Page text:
Wednesday: What’s Hot on CanLII

Each Wednesday we tell you which three English-language cases and which French-language case have been the most viewed* on CanLII and we give you a small sense of what the cases are about.

For this last week:

1. Schrenk v. British Columbia (Human Rights Tribunal), 2016 BCCA 146

[44] Applying those principles to the case at bar, the Tribunal certainly has jurisdiction in relation to an allegation that a person has forced the complainant, expressly or otherwise, to endure harassment at work. It had jurisdiction to address the response of the complainant’s employer to his complaint. It does not, however, have jurisdiction to address a complaint made against one who is rude, insulting or insufferable but who is not in a position to force the complainant to endure that conduct as a condition of his employment.

(Check for commentary on CanLII Connects)

2. Canada v. Williams Lake Indian Band, 2016 FCA 63

[47] In my view, to adopt the Band’s position would be to overextend the interpretation of the pre-emption legislation. It is true that statutory interpretation requires an examination of the law’s text, context, and purpose: Canada Trustco Mortgage Co. v. Canada, 2005 SCC 54 (CanLII) at para. 10, [2005] 2 S.C.R. 601. However, even if I accepted that one of the purposes of the pre-emption legislation was the protection of Indian settlements, it is questionable whether the legislation itself gives rise to a positive obligation towards the Band on the part of the colony to ensure that the provisions of the legislation were followed. In effect, the Band is asserting that a failure to enforce the provisions of the legislation against all those subject to the legislation amounts to a breach of the legislation itself by the colony. However, it is not necessary for me to decide this issue, as even if I were to accept the Band’s position in its entirety, my conclusion with respect to issue 4, namely that the subsequent actions of Canada remedied any possible breach by the colony, is determinative of this appeal.

(Check for commentary on CanLII Connects)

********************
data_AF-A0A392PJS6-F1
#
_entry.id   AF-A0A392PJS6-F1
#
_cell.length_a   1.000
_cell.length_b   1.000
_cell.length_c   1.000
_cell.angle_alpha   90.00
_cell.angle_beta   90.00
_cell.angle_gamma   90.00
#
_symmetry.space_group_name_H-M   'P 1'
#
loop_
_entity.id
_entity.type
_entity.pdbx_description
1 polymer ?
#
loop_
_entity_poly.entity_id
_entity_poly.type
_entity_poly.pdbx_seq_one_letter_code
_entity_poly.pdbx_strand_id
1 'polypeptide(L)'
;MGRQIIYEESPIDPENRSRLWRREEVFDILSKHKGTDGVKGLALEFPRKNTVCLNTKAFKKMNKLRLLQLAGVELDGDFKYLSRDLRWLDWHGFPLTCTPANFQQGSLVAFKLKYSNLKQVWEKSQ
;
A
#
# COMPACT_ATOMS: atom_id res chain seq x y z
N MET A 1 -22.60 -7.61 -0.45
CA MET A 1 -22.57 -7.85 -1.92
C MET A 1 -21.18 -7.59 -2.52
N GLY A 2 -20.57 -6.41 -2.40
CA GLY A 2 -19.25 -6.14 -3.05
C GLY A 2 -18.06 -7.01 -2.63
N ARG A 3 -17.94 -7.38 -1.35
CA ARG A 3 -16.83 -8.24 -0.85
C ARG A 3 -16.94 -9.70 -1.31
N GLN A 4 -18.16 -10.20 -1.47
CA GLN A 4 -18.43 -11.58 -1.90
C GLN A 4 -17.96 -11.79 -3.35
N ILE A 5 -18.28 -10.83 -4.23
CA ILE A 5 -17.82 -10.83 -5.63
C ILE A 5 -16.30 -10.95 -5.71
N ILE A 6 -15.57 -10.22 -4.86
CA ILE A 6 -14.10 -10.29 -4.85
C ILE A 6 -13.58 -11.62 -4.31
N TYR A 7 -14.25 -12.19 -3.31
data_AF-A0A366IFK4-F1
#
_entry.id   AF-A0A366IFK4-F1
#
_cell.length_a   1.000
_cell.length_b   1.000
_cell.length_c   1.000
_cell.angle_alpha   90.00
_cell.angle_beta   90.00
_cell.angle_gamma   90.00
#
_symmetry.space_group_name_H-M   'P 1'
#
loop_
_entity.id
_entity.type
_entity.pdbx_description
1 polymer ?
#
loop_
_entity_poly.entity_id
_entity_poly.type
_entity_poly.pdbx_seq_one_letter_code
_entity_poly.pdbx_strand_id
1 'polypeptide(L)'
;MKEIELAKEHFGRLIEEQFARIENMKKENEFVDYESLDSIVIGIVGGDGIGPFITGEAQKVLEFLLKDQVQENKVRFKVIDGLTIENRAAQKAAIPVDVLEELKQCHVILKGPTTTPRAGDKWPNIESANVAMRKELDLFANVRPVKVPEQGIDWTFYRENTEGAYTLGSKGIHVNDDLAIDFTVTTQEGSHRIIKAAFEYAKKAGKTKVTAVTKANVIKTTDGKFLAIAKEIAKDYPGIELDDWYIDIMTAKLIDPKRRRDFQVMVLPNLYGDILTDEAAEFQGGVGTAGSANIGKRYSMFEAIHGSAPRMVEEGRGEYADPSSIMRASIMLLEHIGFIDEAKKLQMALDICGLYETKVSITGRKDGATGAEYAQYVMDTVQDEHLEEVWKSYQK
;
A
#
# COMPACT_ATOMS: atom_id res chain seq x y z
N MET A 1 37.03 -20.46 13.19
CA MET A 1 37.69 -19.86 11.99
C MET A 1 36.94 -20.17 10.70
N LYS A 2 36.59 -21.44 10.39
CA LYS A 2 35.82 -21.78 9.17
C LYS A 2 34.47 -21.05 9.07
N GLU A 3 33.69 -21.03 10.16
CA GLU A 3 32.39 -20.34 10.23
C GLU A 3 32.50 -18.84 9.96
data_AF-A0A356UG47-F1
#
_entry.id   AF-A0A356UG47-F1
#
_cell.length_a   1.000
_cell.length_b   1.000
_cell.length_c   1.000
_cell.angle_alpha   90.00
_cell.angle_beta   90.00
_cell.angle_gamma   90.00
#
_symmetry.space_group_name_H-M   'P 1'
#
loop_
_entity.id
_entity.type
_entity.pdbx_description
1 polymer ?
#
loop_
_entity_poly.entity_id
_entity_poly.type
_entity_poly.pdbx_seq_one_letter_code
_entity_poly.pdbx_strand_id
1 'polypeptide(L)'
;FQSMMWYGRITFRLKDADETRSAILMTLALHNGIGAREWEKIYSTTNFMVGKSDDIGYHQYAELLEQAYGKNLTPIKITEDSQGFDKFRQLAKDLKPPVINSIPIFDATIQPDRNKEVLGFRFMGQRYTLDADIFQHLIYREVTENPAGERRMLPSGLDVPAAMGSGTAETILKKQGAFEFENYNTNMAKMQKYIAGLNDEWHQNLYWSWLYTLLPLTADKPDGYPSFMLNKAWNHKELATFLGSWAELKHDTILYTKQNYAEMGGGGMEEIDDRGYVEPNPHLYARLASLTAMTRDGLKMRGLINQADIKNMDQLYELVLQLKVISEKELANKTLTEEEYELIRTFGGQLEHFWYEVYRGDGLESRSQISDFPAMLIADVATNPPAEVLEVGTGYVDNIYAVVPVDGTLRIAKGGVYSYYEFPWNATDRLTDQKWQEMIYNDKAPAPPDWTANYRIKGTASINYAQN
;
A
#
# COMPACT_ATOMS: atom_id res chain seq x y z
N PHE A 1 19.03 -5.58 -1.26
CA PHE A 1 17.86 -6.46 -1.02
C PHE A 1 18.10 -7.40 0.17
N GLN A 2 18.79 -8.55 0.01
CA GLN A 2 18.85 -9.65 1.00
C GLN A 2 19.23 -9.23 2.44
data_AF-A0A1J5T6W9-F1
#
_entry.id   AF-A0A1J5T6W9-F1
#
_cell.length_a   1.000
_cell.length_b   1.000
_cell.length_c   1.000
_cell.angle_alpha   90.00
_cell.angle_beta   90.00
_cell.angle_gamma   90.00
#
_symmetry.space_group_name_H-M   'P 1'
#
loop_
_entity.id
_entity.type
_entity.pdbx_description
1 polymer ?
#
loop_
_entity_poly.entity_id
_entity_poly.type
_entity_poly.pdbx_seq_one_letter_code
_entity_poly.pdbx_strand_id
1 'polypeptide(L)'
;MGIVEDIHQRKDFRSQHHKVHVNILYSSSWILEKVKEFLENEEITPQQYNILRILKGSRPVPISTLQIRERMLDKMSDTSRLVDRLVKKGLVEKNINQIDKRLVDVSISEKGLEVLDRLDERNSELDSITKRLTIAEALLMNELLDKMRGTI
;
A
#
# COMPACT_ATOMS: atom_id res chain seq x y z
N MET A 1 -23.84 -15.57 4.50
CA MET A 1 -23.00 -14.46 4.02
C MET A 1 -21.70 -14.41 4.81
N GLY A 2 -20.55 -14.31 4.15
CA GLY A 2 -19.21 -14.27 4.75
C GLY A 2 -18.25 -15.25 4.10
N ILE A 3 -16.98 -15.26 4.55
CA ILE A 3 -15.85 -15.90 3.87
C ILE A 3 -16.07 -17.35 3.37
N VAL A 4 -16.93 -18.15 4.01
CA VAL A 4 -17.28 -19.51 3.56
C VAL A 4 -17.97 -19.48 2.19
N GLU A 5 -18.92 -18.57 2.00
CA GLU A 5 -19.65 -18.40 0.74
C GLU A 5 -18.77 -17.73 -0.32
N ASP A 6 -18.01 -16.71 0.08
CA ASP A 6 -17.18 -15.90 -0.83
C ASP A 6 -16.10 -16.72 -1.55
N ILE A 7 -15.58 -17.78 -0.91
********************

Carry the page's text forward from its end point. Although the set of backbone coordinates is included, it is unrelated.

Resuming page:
3. Beazer v Tollestrup, 2016 ABQB 567

[92] The will, its contents, and the security documents all resulted from Carol’s concern to satisfy her obligations. Those obligations had been longstanding without any ability of Carol to satisfy them or any action taken by the Beazers and Jensen to collect upon them. It is obvious that no one contemplated that the security documents would immediately be acted upon, despite the wording of the Promissory Notes which places no restriction on the ability of the parties to make a formal demand for payment.

(Check for commentary on CanLII Connects)

The most-consulted French-language decision R. c. Grant, [2009] 2 RCS 353, 2009 CSC 32

[1] Monsieur Grant interjette appel des déclarations de culpabilité prononcées contre lui quant à une série d’infractions relatives aux armes à feu. Les accusations portées contre lui découlaient de la saisie d’un revolver survenue à l’occasion d’un contact entre des policiers et lui sur un trottoir de Toronto. Les déclarations de culpabilité reposant sur le dépôt en preuve du revolver, il faut déterminer en l’espèce si cet élément de preuve a été obtenu par suite de la violation de droits garantis à M. Grant par la Charte canadienne des droits et libertés et, le cas échéant, s’il y avait lieu de l’exclure en application du par. 24(2) de la Charte.

(Check for commentary on CanLII Connects)

* As of January 2014 we measure the total amount of time spent on the pages rather than simply the number of hits; as well, a case once mentioned won’t appear again for three months.

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